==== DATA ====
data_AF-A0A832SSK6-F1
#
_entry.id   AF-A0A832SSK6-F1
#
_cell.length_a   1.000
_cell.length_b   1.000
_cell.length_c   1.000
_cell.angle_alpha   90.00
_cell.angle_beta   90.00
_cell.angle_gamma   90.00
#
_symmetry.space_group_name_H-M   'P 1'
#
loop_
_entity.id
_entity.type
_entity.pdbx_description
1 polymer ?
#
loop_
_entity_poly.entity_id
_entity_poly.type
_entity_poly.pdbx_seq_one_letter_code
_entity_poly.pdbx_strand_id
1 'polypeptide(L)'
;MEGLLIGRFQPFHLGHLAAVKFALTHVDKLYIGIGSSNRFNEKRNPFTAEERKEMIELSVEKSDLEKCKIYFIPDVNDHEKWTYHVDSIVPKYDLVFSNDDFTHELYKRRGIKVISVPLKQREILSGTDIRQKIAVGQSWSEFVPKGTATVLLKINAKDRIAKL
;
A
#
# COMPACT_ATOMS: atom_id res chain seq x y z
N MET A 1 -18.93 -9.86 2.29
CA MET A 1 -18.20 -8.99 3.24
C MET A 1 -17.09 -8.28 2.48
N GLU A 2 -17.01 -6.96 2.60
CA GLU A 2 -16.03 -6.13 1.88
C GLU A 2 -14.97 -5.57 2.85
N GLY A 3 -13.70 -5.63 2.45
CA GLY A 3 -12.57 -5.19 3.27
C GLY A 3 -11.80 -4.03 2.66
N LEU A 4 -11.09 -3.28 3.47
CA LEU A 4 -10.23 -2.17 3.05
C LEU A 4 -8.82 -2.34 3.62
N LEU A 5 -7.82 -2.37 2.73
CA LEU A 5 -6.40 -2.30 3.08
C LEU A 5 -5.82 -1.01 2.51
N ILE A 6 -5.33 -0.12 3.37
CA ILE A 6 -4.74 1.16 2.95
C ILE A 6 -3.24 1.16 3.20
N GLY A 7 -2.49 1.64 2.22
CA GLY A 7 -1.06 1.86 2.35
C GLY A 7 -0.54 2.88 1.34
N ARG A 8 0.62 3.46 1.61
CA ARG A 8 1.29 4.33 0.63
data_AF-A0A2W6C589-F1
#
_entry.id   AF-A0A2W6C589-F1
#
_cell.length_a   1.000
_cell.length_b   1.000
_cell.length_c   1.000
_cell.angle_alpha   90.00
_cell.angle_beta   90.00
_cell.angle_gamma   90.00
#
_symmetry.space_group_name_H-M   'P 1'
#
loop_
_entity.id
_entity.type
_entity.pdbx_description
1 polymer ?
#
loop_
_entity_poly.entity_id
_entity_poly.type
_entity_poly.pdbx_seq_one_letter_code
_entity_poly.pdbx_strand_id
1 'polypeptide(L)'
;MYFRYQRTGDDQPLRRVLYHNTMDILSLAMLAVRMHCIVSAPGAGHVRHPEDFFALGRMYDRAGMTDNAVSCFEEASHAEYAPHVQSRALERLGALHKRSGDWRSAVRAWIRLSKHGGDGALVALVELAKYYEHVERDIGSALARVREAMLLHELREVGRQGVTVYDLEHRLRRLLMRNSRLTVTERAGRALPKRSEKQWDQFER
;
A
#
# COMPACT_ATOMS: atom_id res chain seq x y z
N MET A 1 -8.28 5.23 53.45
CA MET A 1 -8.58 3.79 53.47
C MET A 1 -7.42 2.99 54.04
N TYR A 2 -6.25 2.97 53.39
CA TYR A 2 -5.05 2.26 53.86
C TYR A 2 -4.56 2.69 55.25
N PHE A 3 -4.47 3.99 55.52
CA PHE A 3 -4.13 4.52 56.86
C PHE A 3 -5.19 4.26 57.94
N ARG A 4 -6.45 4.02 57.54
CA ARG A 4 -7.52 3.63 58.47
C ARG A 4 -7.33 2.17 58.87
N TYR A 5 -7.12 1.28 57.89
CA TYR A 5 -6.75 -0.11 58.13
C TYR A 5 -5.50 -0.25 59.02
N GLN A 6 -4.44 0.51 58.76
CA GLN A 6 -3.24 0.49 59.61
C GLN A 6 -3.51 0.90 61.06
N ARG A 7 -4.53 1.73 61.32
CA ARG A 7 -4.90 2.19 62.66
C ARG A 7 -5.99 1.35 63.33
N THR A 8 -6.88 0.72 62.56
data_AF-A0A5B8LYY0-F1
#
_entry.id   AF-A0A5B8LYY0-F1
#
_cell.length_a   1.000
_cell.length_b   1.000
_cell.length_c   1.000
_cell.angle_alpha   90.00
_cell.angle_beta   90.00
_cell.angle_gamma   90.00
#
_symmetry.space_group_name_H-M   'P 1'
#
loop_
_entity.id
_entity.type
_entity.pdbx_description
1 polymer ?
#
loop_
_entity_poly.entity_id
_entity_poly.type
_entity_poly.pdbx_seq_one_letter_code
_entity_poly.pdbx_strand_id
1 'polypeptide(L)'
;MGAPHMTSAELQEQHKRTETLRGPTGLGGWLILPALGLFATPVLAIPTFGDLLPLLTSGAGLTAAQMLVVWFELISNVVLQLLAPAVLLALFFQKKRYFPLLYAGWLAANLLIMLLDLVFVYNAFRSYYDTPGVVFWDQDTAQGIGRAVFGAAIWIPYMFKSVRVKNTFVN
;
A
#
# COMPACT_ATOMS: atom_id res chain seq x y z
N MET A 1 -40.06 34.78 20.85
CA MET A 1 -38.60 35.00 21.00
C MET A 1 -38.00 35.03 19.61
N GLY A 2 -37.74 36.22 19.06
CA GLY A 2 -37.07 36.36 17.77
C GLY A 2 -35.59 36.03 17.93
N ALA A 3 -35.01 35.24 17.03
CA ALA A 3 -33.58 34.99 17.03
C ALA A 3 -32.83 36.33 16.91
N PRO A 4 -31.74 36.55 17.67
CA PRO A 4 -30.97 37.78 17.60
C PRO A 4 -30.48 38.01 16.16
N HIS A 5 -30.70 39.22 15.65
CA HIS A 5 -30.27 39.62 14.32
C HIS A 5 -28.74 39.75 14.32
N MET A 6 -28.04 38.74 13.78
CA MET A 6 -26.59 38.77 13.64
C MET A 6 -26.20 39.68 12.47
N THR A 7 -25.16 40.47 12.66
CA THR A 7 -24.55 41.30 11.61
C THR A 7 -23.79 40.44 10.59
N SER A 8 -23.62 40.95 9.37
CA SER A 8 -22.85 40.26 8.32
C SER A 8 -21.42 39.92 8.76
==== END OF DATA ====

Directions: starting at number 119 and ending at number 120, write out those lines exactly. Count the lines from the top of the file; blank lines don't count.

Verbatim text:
loop_
_entity.id